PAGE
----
William M. Welch, the chief engineer of the Kansas Natural Gas Company, has in his veins that sterling admixture of Scotch and Irish blood that has produced so many of the successful professional men of America, who have entered new fields and developed new industries. He was born in Oil City, Pa., Aug. 23, 1874, a son of John C. and Eliza (McNair) Welch. His father was born in the State of New York, the descendant of an Irish family that located in America at an early day, while his mother was a member of the Scotch McNair family that emigrated from the old country and located in Pennsylvania soon after the Revolution.
When William was only six years old his parents removed to New York City, and there the boy was reared and sent to the city schools. After graduating in the high school at Brooklyn, he desired to take a professional course and entered the Stevens Institute of Technology, where he graduated in the mechanical engineering course, with the degree of Mechanical Engineer in 1898. In 1899 he was offered and accepted a position as mechanical engineer with the Philadelphia Natural Gas Company, of Pittsburgh, which had control of the natural gas supply of Pittsburgh and vicinity. In 1904 the Union Natural Gas Corporation, with offices at Columbus, Ohio, offered him the position of chief engineer, but he was with this concern only a year when called to Kansas to develop the recently discovered gas field in this state. He at once entered upon his duties of chief engineer for the Kansas Natural Gas Company in 1905, and has acted in that capacity to the present time. Gas engineering is practically a new branch, and each man engaged in the work is an investigator and must make good independently, and upon his own initiative, as there are few established precedents to go by. This Mr. Welch has done, and is regarded as an authority upon the development of Kansas and Oklahoma fields, and the transportation of natural gas. He is also a member of the Natural Gas Association of America, of the American Gas Institute, and the Engineering Society of western Pennsylvania.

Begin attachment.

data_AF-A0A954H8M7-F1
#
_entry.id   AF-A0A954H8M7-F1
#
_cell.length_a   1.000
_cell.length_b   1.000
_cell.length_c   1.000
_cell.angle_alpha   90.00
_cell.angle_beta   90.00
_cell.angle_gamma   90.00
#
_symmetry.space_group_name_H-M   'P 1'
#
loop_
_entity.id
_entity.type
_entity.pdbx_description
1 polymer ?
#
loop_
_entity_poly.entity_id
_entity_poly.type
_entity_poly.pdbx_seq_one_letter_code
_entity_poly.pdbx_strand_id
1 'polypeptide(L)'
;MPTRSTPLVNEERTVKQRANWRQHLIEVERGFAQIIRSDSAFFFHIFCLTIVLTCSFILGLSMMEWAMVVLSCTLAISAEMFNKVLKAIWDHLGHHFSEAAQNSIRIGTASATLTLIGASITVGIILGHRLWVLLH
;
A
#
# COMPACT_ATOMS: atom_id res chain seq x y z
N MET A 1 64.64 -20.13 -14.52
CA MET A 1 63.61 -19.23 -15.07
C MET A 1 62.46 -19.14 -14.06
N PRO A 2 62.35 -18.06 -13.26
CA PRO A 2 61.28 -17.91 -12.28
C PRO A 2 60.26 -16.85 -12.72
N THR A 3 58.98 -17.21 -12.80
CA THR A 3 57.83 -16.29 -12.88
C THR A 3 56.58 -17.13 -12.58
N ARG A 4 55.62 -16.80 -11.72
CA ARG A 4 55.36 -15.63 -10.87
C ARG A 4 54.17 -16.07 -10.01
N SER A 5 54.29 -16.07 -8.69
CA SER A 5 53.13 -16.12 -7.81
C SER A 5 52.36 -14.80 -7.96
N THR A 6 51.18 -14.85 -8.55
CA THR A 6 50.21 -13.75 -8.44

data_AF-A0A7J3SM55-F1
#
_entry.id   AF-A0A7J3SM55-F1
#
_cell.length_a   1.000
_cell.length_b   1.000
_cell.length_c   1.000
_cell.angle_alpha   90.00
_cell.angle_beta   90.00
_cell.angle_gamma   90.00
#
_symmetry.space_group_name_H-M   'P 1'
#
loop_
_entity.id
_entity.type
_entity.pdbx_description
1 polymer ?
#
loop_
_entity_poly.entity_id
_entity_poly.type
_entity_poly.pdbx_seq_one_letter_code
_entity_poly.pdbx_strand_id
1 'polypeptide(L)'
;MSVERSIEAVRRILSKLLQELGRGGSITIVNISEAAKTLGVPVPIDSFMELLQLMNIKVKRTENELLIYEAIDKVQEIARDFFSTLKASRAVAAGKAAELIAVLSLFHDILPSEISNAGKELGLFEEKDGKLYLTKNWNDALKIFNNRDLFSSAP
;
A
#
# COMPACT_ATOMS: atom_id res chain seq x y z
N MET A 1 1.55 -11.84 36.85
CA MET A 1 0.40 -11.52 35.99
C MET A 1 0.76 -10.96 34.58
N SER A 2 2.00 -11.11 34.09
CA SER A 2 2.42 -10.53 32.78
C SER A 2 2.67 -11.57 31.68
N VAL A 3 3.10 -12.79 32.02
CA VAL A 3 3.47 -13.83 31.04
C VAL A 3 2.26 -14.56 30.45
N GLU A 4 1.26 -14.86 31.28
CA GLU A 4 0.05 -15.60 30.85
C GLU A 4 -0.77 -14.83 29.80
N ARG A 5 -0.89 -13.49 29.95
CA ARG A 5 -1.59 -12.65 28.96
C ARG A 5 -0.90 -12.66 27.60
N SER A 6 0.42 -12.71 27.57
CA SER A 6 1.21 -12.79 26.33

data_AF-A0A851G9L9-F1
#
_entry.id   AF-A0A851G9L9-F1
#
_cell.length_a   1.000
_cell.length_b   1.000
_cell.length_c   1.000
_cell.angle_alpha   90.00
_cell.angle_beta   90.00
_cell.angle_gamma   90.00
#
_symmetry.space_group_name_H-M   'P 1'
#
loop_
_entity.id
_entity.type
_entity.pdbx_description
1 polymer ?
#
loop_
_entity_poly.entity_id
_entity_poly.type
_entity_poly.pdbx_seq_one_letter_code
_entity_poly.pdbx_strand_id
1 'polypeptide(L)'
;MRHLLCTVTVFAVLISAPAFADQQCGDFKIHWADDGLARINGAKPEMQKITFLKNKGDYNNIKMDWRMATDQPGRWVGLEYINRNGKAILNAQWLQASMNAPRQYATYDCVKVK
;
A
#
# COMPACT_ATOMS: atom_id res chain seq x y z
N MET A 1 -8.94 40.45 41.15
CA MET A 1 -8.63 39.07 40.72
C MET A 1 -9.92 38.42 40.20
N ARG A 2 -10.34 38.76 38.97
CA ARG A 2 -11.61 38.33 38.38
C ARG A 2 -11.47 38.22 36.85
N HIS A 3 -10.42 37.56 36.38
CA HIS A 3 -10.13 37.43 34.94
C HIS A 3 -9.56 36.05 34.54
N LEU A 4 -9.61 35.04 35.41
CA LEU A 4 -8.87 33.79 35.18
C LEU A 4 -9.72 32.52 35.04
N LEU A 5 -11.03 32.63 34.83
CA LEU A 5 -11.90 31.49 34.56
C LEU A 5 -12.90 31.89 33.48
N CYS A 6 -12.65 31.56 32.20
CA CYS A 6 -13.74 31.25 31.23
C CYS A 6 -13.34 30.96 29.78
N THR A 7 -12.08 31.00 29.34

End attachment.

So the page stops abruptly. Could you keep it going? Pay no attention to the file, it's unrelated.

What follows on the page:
Mr. Welch was married in 1901, to Nina Oliver Thompson, of New York City. There are three children in the family: Marjorie Thompson, aged eight; Elizabeth Hunter, aged six; and Helen Collins; aged four. Mr. Welch is a member of the Masonic order, and both he and his wife belong to the Episcopal church.Pages 891-892 from volume III, part 2 of Kansas: a cyclopedia of state history, embracing events, institutions, industries, counties, cities, towns, prominent persons, etc. ... / with a supplementary volume devoted to selected personal history and reminiscence. Standard Pub. Co. Chicago : 1912. 3 v. in 4. : front., ill., ports.; 28 cm. Vols. I-II edited by Frank W. Blackmar. Transcribed December 2002 by Carolyn Ward. This volume is identified at the Kansas State Historical Society as microfilm LM195. It is a two-part volume 3.
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